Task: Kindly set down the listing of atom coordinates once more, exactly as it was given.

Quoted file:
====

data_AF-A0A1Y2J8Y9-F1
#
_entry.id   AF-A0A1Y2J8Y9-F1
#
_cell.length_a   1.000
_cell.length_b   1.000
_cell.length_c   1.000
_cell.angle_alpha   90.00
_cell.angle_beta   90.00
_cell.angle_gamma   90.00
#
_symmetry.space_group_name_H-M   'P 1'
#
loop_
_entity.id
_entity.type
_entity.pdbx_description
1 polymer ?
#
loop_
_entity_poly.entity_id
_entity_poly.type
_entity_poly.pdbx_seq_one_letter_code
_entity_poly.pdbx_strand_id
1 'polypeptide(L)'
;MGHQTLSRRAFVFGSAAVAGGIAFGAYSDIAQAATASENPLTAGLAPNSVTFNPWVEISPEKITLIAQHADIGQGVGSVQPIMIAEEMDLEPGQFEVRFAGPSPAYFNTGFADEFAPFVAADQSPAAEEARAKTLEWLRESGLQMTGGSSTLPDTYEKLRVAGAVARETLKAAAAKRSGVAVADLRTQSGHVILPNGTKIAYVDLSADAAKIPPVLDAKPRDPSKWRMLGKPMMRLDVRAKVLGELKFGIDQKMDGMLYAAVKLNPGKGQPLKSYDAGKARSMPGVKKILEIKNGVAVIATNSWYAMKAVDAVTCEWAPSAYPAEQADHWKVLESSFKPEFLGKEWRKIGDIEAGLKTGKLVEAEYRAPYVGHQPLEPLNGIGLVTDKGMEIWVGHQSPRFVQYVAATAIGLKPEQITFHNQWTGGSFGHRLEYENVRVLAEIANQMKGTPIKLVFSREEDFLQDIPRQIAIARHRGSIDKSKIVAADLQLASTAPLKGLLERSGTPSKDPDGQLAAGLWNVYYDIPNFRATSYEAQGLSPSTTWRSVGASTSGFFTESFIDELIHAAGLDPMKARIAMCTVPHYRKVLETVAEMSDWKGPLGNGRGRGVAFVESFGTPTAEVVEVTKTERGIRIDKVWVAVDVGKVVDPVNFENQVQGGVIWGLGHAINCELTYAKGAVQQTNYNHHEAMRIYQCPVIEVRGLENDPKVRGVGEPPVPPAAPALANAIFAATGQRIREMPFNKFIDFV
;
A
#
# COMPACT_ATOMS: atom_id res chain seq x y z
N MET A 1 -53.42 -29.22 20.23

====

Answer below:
data_AF-A0A1Y2J8Y9-F1
#
_entry.id   AF-A0A1Y2J8Y9-F1
#
_cell.length_a   1.000
_cell.length_b   1.000
_cell.length_c   1.000
_cell.angle_alpha   90.00
_cell.angle_beta   90.00
_cell.angle_gamma   90.00
#
_symmetry.space_group_name_H-M   'P 1'
#
loop_
_entity.id
_entity.type
_entity.pdbx_description
1 polymer ?
#
loop_
_entity_poly.entity_id
_entity_poly.type
_entity_poly.pdbx_seq_one_letter_code
_entity_poly.pdbx_strand_id
1 'polypeptide(L)'
;MGHQTLSRRAFVFGSAAVAGGIAFGAYSDIAQAATASENPLTAGLAPNSVTFNPWVEISPEKITLIAQHADIGQGVGSVQPIMIAEEMDLEPGQFEVRFAGPSPAYFNTGFADEFAPFVAADQSPAAEEARAKTLEWLRESGLQMTGGSSTLPDTYEKLRVAGAVARETLKAAAAKRSGVAVADLRTQSGHVILPNGTKIAYVDLSADAAKIPPVLDAKPRDPSKWRMLGKPMMRLDVRAKVLGELKFGIDQKMDGMLYAAVKLNPGKGQPLKSYDAGKARSMPGVKKILEIKNGVAVIATNSWYAMKAVDAVTCEWAPSAYPAEQADHWKVLESSFKPEFLGKEWRKIGDIEAGLKTGKLVEAEYRAPYVGHQPLEPLNGIGLVTDKGMEIWVGHQSPRFVQYVAATAIGLKPEQITFHNQWTGGSFGHRLEYENVRVLAEIANQMKGTPIKLVFSREEDFLQDIPRQIAIARHRGSIDKSKIVAADLQLASTAPLKGLLERSGTPSKDPDGQLAAGLWNVYYDIPNFRATSYEAQGLSPSTTWRSVGASTSGFFTESFIDELIHAAGLDPMKARIAMCTVPHYRKVLETVAEMSDWKGPLGNGRGRGVAFVESFGTPTAEVVEVTKTERGIRIDKVWVAVDVGKVVDPVNFENQVQGGVIWGLGHAINCELTYAKGAVQQTNYNHHEAMRIYQCPVIEVRGLENDPKVRGVGEPPVPPAAPALANAIFAATGQRIREMPFNKFIDFV
;
A
#
# COMPACT_ATOMS: atom_id res chain seq x y z
N MET A 1 -53.42 -29.22 20.23